Julius Randle’s time with the Lakers has come to an end. Per ESPN’s Adrian Wojnarowski, the Lakers renounced their rights in restricted free agency, making Randle an unrestricted free agent on the open market.
The Lakers have renounced Julius Randle, making him an unrestricted free agent, league source tells ESPN.
— Adrian Wojnarowski (@wojespn) July 2, 2018
This, effectively, ends Randle’s time with the Lakers. Their best bet to have him return was to use Randle’s “Bird Rights” to re-sign him, either to a 1-year deal with a large salary or a multi-year deal with larger raises, but with a salary at a level which kept them in contention for a max free agent next season.
My guess is that these contract factors, along with whatever deterioration has occurred between Randle/his agent and the Lakers, proved to be too fine a needle to thread in today’s discussion and the team moved quickly to renounce his rights and give him a chance to find a good deal on the open market. Where Randle goes from here is unknown, but wherever he goes, he’ll have a fan in me who roots for his success.
I’m not going to lie. This one hurts.
Randle was one of my favorite Lakers over the last several years. A mecurial talent who definitely offered some bouts of moodiness, Randle’s blend of power, quickness, perimeter skill, and competitive spirit when fully engaged was intoxicating to me. Him being left handed didn’t hurt either, but that’s another topic for another day.
Randle made major strides this past season, both physically and from a skill development standpoint. After a summer of getting into tremendous condition, Randle boasted his best season as a pro by finally finding the right mix of patience and technical skill in the post to mix with his natural power and quickness to punish defenses. He finished better in the paint, posted career highs in points and rebounds, and showed an increased functionality defensively which translated to him being able to close games as the anchor of the Lakers switching schemes.
In saying all that, however, Randle was not without his flaws and those matter here too. One of the lasting points of emphasis Luke Walton would drop when discussing Randle with the media — especially after good games — was that the Lakers needed more consistency from him. This critique was typically offered in reference to both sustained physical effort and how “locked in” Randle would be on any given night.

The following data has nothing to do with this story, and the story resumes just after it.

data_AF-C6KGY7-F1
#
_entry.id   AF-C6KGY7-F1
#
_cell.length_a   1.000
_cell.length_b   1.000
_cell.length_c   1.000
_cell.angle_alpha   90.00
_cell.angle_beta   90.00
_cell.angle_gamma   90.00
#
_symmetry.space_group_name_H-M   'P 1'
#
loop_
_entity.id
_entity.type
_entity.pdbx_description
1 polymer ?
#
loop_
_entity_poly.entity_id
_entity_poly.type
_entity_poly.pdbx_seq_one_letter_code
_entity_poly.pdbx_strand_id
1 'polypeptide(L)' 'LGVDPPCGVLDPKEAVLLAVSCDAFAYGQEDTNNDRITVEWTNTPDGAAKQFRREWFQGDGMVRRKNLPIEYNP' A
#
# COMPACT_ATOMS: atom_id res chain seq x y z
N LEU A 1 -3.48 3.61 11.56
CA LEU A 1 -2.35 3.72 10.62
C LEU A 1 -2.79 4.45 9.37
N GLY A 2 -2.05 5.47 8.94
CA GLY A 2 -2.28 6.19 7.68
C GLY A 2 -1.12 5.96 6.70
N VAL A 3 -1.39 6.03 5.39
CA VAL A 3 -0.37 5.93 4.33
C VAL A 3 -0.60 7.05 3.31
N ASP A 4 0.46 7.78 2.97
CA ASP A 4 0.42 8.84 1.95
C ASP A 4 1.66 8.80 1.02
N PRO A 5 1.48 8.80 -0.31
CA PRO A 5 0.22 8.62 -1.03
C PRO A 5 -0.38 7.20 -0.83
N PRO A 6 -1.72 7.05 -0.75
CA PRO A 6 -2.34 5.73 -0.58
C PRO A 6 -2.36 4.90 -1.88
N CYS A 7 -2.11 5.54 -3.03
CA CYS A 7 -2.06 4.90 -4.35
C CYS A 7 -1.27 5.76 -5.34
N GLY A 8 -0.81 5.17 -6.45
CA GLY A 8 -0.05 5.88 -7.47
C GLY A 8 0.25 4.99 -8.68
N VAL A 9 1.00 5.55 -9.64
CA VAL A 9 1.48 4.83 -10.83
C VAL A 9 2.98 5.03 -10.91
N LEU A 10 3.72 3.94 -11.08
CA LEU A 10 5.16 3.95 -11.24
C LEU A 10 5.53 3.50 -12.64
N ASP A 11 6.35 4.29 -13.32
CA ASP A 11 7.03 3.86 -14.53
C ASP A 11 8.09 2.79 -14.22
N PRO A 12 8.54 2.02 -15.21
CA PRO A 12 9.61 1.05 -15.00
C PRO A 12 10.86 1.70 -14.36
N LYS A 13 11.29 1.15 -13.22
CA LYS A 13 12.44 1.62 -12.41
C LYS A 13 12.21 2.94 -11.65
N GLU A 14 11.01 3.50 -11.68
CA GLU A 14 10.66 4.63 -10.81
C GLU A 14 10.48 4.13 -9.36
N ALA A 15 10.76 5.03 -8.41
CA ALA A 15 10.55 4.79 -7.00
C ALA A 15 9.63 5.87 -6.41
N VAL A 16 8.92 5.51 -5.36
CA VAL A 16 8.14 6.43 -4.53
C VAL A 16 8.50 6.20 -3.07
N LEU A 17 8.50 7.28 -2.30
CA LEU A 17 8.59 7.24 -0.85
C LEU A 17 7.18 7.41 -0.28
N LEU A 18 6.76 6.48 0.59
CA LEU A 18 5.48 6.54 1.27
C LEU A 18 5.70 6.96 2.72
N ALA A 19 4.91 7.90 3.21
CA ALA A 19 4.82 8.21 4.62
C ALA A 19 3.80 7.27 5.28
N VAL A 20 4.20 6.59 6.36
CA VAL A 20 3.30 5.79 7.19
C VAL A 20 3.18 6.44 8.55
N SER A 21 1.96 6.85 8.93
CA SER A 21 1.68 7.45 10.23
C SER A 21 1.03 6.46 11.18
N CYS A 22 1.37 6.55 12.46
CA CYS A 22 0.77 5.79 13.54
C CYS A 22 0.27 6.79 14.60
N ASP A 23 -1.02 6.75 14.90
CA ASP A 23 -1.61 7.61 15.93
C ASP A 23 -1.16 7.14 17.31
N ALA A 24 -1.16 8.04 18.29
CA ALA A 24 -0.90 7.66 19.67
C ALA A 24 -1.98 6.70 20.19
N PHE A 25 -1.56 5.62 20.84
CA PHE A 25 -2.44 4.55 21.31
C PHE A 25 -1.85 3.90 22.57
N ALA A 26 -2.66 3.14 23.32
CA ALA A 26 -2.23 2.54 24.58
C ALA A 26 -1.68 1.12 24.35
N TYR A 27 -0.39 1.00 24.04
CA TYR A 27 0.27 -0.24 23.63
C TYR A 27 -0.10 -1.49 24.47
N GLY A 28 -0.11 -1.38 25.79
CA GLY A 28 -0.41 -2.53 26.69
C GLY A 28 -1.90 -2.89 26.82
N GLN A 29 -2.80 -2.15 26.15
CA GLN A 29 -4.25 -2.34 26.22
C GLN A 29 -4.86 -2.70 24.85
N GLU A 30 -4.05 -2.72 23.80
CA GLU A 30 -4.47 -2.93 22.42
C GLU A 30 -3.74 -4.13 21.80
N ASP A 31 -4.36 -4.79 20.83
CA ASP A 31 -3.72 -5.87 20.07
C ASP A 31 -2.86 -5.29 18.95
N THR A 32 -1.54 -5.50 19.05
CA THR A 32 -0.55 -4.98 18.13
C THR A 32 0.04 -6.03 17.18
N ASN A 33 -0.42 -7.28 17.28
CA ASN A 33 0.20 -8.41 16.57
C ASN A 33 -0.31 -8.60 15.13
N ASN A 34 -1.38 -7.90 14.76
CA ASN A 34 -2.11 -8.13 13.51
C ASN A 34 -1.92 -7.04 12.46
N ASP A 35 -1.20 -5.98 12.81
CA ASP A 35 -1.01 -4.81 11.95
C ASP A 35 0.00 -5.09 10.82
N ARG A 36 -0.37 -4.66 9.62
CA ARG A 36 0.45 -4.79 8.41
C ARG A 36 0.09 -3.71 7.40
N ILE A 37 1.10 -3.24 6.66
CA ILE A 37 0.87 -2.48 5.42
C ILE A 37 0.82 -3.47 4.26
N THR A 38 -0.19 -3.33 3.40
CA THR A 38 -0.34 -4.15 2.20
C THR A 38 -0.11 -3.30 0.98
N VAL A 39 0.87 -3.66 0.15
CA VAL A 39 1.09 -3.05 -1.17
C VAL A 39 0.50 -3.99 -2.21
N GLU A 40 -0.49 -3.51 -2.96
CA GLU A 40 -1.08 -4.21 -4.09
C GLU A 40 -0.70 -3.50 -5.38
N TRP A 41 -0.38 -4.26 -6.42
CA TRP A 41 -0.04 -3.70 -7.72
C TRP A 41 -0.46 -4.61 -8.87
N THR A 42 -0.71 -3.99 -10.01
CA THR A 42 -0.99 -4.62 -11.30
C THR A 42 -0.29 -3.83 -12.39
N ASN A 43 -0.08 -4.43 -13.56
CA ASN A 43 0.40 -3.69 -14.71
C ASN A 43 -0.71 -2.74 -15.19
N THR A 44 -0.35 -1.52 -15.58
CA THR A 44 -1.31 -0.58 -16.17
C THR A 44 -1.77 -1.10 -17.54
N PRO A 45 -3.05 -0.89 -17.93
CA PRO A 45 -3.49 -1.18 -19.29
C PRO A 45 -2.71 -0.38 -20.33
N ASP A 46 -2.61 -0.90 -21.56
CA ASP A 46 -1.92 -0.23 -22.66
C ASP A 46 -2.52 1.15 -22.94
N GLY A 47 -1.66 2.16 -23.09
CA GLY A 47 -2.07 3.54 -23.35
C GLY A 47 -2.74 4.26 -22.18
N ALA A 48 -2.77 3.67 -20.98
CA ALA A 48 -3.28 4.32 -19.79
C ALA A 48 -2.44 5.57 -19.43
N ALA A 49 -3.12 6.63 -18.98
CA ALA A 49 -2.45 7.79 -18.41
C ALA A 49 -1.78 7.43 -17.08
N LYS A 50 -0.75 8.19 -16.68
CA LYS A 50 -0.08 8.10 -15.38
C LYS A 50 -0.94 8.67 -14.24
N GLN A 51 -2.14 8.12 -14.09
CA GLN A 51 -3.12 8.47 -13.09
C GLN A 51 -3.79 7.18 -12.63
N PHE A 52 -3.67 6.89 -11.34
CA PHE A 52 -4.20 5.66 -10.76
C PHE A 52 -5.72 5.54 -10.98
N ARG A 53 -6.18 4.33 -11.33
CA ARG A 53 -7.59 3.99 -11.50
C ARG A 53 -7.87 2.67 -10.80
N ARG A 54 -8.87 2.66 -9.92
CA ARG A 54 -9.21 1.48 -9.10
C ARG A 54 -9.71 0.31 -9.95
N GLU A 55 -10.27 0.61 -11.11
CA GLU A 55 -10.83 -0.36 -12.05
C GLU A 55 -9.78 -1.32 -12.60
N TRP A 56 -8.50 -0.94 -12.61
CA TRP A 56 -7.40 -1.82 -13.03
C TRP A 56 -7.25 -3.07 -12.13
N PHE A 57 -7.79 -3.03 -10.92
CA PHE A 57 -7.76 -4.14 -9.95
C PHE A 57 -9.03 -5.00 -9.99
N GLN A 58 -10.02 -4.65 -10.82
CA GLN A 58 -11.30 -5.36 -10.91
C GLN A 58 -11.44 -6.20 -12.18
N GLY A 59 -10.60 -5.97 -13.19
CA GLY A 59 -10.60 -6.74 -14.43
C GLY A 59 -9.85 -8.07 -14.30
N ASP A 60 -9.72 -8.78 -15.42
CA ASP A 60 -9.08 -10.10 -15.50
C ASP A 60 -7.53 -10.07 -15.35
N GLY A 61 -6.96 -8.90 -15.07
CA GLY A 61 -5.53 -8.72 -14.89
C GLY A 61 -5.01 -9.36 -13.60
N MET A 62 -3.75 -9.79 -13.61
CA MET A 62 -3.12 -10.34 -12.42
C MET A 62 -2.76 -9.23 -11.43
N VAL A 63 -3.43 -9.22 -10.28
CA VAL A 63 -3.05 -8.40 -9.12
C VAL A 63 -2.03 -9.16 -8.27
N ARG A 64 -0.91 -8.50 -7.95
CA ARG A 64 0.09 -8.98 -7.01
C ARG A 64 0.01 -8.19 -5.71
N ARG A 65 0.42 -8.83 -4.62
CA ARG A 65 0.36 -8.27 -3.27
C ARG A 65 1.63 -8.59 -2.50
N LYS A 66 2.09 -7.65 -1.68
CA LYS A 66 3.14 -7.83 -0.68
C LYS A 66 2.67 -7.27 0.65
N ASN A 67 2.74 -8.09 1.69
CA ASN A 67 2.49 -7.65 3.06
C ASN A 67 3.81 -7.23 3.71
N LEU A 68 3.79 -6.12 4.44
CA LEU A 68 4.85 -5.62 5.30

This was especially true at the beginning of this past season when Randle was turned into a reserve and whenever Randle’s role was jerked around where he might not close a game or when he (seemingly) got too comfortable in a game situation only for his effort to wain. How fair this is or not — and I’d argue it’s not, especially considering the rope other players received — with LeBron James now in the fold, the thought that Randle might not be fully engaged isn’t something to be treated lightly. And, I would imagine, this played a role in what the front office saw as Randle’s value.
Then, of course, there is the skill standpoint. Randle possesses a strong handle for a player his size, can play in the middle or on the wing of the fast break, is excellent on both backboards, and, as noted earlier, has a growing post game which is difficult to stop. What Randle does not do, however, is shoot the ball well. Nor does he play above the rim as a pick and roll finisher. One has to wonder, then, how the FO valued Randle in the half-court as an offensive player when viewed through the prism of how to help optimize LeBron.
Don’t get me wrong, the fit can be good between James and Randle, but it’s not ideal. Randle could easily be somone who takes pressure off LeBron by creating baskets in the halfcourt via post ups and isolations or by using the extra defensive attention to create shots for teammates. But, on the flip side, telling Randle to stand in the corner as a floor spacer or to try to threaten the vertical plane as a roll man in the P&R is doing a disservice to him and his skill set while also reducing the the likelihood of the play being a success for LeBron as trigger-man.
In saying all that, though, I still wanted Randle back badly. He will not be 24 years old until after the season starts. He was a #7 pick overall and was just beginning to tap into his vast potential. Another team will now benefit from the development leaps Randle is very likely to make as he enters and plays through his prime years. And, for the Lakers and as a fan, that is difficult to swallow.
Yes, I had an affinity for Randle, but solely from how you manage a player and his value, this was executed poorly. But, here we are, and none of my complaining is going to make a difference. Sigh.
Best of luck wherever you land, Julius. I, for one, will miss you.